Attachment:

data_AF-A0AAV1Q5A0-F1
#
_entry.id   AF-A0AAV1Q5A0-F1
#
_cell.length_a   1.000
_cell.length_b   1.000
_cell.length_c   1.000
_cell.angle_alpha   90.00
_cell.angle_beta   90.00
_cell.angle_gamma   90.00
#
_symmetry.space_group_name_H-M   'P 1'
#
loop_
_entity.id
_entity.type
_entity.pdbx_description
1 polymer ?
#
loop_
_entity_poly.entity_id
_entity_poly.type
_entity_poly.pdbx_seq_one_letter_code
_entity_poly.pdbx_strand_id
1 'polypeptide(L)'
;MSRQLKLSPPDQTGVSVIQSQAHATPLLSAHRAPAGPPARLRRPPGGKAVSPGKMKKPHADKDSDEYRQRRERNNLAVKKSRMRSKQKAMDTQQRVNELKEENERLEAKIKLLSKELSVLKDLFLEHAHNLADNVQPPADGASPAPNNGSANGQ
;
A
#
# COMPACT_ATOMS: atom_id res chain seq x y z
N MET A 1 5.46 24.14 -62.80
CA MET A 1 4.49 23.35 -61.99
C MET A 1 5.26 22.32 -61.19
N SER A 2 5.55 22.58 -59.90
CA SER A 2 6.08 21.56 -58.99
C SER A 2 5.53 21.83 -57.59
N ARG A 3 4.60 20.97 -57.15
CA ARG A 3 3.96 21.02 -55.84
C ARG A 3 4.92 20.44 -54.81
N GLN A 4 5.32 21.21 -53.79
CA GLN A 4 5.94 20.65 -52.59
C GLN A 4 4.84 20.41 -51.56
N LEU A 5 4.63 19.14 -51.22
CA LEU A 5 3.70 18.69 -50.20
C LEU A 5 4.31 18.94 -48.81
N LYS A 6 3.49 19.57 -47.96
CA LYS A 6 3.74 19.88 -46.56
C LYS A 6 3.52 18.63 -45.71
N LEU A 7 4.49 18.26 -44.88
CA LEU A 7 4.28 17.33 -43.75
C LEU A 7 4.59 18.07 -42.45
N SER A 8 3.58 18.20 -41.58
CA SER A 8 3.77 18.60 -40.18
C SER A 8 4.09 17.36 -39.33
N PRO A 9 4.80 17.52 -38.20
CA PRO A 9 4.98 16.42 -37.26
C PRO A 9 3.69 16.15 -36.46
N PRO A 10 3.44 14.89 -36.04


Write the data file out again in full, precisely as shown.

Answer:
data_AF-A0AAV1Q5A0-F1
#
_entry.id   AF-A0AAV1Q5A0-F1
#
_cell.length_a   1.000
_cell.length_b   1.000
_cell.length_c   1.000
_cell.angle_alpha   90.00
_cell.angle_beta   90.00
_cell.angle_gamma   90.00
#
_symmetry.space_group_name_H-M   'P 1'
#
loop_
_entity.id
_entity.type
_entity.pdbx_description
1 polymer ?
#
loop_
_entity_poly.entity_id
_entity_poly.type
_entity_poly.pdbx_seq_one_letter_code
_entity_poly.pdbx_strand_id
1 'polypeptide(L)'
;MSRQLKLSPPDQTGVSVIQSQAHATPLLSAHRAPAGPPARLRRPPGGKAVSPGKMKKPHADKDSDEYRQRRERNNLAVKKSRMRSKQKAMDTQQRVNELKEENERLEAKIKLLSKELSVLKDLFLEHAHNLADNVQPPADGASPAPNNGSANGQ
;
A
#
# COMPACT_ATOMS: atom_id res chain seq x y z
N MET A 1 5.46 24.14 -62.80
CA MET A 1 4.49 23.35 -61.99
C MET A 1 5.26 22.32 -61.19
N SER A 2 5.55 22.58 -59.90
CA SER A 2 6.08 21.56 -58.99
C SER A 2 5.53 21.83 -57.59
N ARG A 3 4.60 20.97 -57.15
CA ARG A 3 3.96 21.02 -55.84
C ARG A 3 4.92 20.44 -54.81
N GLN A 4 5.32 21.21 -53.79
CA GLN A 4 5.94 20.65 -52.59
C GLN A 4 4.84 20.41 -51.56
N LEU A 5 4.63 19.14 -51.22
CA LEU A 5 3.70 18.69 -50.20
C LEU A 5 4.31 18.94 -48.81
N LYS A 6 3.49 19.57 -47.96
CA LYS A 6 3.74 19.88 -46.56
C LYS A 6 3.52 18.63 -45.71
N LEU A 7 4.49 18.26 -44.88
CA LEU A 7 4.28 17.33 -43.75
C LEU A 7 4.59 18.07 -42.45
N SER A 8 3.58 18.20 -41.58
CA SER A 8 3.77 18.60 -40.18
C SER A 8 4.09 17.36 -39.33
N PRO A 9 4.80 17.52 -38.20
CA PRO A 9 4.98 16.42 -37.26
C PRO A 9 3.69 16.15 -36.46
N PRO A 10 3.44 14.89 -36.04